(Source: theworldofcinema, via samuel-l-changz)

April 21, 2014
gifcraft:

Going to School

gifcraft:

Going to School

(Source: dovga.com, via benesmauglocked)

April 20, 2014

tracylord:

Bette Davis’ bloopers

(via samuel-l-changz)

April 13, 2014

fuckindiva:

My Generation, according to Pete Townshend, who wrote it, “was very much about trying to find a place in society”. Perhaps the most striking element of the song are the lyrics, considered one of the most distilled statements of youthful rebellion in rock history. The tone of the track alone helped make it an acknowledged forebear of the punk rock movement. One of the most-quoted—and patently rewritten—lines in rock history is “I hope I die before I get old”, famously sneered by lead singer Roger Daltrey. Another salient aspect of “My Generation” is Daltrey’s delivery: an angry and frustrated stutter. Various stories exist as to the reason for it, one is that Daltrey stuttered to sound like a British mod on speed. The song also featured one of the first bass solos in rock history, played by John Entwistle. It was named the 11th greatest song by Rolling Stone on their list of the 500 Greatest Songs of All Timex

(via superblackmarket)

April 11, 2014

fruit4thought:

the godfather himself

(Source: marlonsbrandos, via lifejustgotawkward)

April 11, 2014

(Source: avessiunaltromodo, via perks-of-being-chinese)

April 8, 2014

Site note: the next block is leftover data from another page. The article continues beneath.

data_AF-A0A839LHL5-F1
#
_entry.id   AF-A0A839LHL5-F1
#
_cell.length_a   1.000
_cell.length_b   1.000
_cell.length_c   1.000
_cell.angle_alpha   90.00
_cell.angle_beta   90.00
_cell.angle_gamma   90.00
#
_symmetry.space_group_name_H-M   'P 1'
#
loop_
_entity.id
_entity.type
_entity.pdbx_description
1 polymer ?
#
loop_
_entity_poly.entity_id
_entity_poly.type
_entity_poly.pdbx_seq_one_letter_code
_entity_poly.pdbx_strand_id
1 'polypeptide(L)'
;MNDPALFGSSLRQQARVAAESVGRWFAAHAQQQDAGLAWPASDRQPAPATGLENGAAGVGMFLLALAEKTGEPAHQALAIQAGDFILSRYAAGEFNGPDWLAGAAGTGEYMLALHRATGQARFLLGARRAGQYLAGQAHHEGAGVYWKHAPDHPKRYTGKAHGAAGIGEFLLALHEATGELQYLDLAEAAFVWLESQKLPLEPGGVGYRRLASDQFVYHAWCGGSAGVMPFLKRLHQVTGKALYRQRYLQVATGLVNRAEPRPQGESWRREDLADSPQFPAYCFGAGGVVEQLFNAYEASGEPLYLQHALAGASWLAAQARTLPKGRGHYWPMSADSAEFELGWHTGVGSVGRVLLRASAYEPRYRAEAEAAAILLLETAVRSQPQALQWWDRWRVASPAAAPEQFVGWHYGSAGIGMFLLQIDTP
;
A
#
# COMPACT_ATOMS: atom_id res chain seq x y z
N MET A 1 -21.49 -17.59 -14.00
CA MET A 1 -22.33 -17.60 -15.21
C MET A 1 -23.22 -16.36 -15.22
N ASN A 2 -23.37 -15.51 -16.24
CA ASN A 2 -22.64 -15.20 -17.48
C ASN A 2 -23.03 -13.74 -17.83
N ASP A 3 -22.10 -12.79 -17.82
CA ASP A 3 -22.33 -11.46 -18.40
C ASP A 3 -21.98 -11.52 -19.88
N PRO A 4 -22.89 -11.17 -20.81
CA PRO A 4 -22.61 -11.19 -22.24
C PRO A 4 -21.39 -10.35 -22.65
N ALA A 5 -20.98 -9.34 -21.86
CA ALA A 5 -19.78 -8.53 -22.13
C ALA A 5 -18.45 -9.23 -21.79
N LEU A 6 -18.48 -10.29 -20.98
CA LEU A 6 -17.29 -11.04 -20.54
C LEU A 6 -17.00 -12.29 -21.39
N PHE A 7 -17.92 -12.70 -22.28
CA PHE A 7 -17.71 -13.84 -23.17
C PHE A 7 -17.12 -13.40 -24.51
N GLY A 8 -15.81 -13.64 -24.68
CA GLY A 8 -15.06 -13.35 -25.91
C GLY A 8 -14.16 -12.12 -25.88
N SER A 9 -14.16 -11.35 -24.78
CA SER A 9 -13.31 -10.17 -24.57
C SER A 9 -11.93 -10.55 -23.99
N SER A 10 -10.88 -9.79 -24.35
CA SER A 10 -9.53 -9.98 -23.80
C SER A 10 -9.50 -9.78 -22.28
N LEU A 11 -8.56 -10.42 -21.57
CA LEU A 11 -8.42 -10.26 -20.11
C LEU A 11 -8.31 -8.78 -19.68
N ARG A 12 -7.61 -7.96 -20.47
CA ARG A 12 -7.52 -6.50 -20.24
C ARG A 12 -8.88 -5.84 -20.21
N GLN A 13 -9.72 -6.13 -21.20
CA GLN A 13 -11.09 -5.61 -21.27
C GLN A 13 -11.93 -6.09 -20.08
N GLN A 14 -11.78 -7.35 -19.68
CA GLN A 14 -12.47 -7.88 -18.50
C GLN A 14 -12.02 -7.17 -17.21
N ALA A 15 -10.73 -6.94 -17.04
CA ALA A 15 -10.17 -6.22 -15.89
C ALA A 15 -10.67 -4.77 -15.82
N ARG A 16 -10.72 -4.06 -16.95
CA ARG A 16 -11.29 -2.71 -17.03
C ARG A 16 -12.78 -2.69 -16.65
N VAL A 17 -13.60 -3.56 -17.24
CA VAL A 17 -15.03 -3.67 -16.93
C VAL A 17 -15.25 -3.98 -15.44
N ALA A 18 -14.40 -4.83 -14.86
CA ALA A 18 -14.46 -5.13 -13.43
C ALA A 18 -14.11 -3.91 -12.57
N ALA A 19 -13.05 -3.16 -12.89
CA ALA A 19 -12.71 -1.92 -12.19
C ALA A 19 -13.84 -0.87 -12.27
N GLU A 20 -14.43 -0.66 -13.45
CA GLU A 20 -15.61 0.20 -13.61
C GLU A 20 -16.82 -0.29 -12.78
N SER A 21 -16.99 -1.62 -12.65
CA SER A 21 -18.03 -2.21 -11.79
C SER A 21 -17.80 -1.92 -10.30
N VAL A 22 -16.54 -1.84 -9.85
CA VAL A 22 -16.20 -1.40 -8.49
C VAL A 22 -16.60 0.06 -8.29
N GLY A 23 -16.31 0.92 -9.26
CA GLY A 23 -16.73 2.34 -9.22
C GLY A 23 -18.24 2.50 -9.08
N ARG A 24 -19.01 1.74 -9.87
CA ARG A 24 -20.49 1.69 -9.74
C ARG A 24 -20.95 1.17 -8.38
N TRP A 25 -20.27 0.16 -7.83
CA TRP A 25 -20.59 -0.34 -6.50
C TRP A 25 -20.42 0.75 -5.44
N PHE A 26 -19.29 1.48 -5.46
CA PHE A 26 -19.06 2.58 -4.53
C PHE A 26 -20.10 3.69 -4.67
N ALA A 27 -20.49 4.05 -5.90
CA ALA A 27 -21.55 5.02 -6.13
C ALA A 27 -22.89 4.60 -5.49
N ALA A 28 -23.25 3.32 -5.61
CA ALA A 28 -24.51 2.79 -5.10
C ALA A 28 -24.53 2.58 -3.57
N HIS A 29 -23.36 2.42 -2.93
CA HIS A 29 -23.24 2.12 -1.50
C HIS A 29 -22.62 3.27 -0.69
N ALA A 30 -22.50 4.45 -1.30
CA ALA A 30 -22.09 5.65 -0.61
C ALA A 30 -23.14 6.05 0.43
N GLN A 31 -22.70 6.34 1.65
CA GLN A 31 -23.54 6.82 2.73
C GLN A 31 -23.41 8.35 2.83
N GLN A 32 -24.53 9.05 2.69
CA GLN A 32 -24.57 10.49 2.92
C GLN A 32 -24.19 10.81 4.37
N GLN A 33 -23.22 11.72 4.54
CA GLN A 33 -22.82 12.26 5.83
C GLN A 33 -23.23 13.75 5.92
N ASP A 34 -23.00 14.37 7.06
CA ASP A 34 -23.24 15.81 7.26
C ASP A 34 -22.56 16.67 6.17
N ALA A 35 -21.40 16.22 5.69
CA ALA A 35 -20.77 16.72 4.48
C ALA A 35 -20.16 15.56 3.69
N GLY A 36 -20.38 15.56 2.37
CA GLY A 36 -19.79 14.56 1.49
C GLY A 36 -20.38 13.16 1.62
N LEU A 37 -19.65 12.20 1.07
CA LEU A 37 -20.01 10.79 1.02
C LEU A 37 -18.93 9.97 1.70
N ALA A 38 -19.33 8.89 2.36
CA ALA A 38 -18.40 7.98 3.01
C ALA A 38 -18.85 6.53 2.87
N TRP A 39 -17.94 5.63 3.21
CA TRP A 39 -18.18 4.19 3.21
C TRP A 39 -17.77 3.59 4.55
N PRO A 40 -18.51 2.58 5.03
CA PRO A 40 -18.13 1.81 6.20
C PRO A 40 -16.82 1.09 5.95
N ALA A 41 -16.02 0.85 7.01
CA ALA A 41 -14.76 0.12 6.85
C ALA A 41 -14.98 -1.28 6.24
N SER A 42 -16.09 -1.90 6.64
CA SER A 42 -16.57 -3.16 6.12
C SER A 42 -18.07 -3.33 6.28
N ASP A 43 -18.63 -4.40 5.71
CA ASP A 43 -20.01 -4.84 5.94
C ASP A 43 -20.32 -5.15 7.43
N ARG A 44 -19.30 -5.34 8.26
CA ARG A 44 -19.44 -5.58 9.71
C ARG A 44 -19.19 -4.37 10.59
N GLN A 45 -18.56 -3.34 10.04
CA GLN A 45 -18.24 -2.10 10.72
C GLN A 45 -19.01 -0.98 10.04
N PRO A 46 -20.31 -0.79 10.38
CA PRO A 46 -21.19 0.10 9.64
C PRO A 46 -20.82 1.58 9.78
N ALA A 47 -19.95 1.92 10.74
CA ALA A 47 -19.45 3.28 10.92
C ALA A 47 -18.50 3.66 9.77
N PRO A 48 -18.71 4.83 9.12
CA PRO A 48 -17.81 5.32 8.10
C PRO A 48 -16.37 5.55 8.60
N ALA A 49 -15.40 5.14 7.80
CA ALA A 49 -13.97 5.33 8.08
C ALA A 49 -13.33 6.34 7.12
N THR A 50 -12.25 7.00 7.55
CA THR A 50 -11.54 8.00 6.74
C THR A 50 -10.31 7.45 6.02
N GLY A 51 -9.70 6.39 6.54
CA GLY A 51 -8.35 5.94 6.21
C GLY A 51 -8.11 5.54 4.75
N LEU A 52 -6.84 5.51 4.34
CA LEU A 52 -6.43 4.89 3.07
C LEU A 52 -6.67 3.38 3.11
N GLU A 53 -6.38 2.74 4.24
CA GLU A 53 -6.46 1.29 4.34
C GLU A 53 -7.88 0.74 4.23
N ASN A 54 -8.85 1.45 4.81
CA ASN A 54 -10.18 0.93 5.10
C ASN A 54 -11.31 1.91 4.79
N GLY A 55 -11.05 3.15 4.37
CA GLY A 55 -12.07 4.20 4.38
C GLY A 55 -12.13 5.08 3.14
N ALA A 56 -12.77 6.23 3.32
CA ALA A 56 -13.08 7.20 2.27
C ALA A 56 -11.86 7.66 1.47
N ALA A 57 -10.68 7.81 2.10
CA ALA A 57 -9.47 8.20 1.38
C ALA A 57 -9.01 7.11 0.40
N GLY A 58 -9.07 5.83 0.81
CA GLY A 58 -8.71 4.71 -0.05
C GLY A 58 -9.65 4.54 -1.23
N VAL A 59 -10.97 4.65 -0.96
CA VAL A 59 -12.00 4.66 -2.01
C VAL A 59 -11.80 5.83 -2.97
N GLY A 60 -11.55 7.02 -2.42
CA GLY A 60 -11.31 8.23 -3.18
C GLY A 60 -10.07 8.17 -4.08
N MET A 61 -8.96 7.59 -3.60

(Source: sadgasim, via rad-feminist)

April 8, 2014

pizzzatime:

Jonas GinterFirst attempt to create a 360° spherical panorama video using 6 GoPro Cameras in 3D printed mount. - More Information here: jonasginter.de/360-grad-video-mit-6-gopro-kameras/

April 7, 2014

Let’s Talk About Movies:

BLOOD(y) SCENES
Some of the most iconic movie scenes may grosses you out - or left you chanting, ‘More! more!’

The use of blood on silver screen can be interpret in many ways. Is it an act of revenge? rebellion? brutality? or simply an act of a Psycho? For some, blood can be manipulated to be visually interesting such as the blood splatter on a delicate flower in Stoker. Or to create a sentiment to an object - such as the blood-covered polaroid in Battle Royale. Also, who can forget the iconic blood splashing on pretty prom queen Carrie? Like it or not, blood has been one of the most used key visual in the history of films, especially the bloody good ones!

(via pawsthomasanderson)

April 5, 2014

country-winnie-marshall:

Mumford and Sons - I’m On Fire @ 2013 MusiCares Person of the Year concert film honoring Bruce Springsteen

(via mumfordandsonsblog)

April 4, 2014

(Source: ceinwen92, via pawsthomasanderson)

April 3, 2014

(Source: shinjurou, via v-inessa)